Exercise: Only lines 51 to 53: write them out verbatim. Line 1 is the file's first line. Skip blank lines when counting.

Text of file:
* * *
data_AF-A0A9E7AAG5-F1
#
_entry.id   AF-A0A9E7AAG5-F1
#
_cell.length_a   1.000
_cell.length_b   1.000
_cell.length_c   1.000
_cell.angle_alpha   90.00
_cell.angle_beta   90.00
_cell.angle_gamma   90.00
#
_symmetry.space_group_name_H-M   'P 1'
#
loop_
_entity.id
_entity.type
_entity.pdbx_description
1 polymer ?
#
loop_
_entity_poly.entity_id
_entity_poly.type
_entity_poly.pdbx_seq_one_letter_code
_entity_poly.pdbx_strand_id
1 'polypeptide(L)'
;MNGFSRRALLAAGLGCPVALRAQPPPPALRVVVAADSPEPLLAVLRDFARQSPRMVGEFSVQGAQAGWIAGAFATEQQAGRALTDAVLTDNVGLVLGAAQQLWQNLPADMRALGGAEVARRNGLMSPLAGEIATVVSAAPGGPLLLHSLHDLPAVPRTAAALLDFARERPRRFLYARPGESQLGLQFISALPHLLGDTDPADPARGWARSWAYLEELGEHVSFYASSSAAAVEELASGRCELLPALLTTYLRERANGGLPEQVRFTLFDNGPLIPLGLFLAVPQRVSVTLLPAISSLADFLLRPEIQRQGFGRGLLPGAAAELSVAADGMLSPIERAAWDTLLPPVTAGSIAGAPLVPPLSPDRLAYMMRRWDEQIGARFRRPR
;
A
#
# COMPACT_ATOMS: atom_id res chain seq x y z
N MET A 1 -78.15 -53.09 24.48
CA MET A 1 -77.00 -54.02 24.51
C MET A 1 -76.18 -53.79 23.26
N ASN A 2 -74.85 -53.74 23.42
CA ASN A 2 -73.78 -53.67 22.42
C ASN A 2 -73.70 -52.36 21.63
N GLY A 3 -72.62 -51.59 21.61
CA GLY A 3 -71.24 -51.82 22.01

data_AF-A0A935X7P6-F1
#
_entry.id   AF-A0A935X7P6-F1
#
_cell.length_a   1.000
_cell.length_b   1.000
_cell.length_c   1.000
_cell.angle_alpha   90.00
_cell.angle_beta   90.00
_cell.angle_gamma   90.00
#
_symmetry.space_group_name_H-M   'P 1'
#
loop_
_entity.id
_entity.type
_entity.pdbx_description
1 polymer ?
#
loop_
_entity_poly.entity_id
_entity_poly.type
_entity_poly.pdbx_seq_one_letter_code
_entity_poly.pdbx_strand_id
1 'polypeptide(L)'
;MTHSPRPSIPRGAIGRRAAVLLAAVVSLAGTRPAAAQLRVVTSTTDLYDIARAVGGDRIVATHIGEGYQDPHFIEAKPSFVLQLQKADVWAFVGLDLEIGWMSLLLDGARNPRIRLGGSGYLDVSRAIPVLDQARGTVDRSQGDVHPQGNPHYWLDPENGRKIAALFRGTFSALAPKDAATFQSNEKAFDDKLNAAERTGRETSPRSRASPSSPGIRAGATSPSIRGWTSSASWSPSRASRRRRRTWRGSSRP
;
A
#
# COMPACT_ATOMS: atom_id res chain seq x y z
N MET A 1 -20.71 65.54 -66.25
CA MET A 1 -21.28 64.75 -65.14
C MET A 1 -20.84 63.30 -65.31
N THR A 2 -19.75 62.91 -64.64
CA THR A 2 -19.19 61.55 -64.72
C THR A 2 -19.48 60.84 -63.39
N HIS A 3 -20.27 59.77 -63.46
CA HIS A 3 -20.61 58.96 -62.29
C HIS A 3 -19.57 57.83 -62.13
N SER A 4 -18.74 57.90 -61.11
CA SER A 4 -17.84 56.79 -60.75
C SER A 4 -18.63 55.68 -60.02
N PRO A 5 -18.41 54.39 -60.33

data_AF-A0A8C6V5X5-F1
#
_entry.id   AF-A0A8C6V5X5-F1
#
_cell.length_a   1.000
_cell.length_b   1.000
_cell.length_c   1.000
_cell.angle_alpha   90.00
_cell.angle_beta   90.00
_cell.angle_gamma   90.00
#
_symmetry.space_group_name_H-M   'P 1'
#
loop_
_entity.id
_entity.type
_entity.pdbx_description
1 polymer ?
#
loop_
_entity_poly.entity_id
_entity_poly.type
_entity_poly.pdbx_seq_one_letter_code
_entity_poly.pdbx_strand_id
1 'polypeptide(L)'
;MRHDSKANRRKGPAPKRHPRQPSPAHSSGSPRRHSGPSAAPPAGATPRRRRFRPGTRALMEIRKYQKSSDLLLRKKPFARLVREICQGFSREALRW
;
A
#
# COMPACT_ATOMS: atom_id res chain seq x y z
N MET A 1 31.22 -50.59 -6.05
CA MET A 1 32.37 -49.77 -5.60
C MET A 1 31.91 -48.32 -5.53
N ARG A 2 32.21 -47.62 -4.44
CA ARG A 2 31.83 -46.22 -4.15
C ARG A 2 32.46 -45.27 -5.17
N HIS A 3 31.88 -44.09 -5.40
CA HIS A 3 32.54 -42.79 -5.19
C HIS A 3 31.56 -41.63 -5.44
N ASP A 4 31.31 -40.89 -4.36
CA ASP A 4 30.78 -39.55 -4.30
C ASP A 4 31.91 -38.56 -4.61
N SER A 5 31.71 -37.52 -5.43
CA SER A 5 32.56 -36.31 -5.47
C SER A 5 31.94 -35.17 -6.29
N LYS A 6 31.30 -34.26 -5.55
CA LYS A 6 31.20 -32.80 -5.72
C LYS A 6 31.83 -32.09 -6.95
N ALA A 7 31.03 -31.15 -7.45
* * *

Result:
#
loop_
_entity.id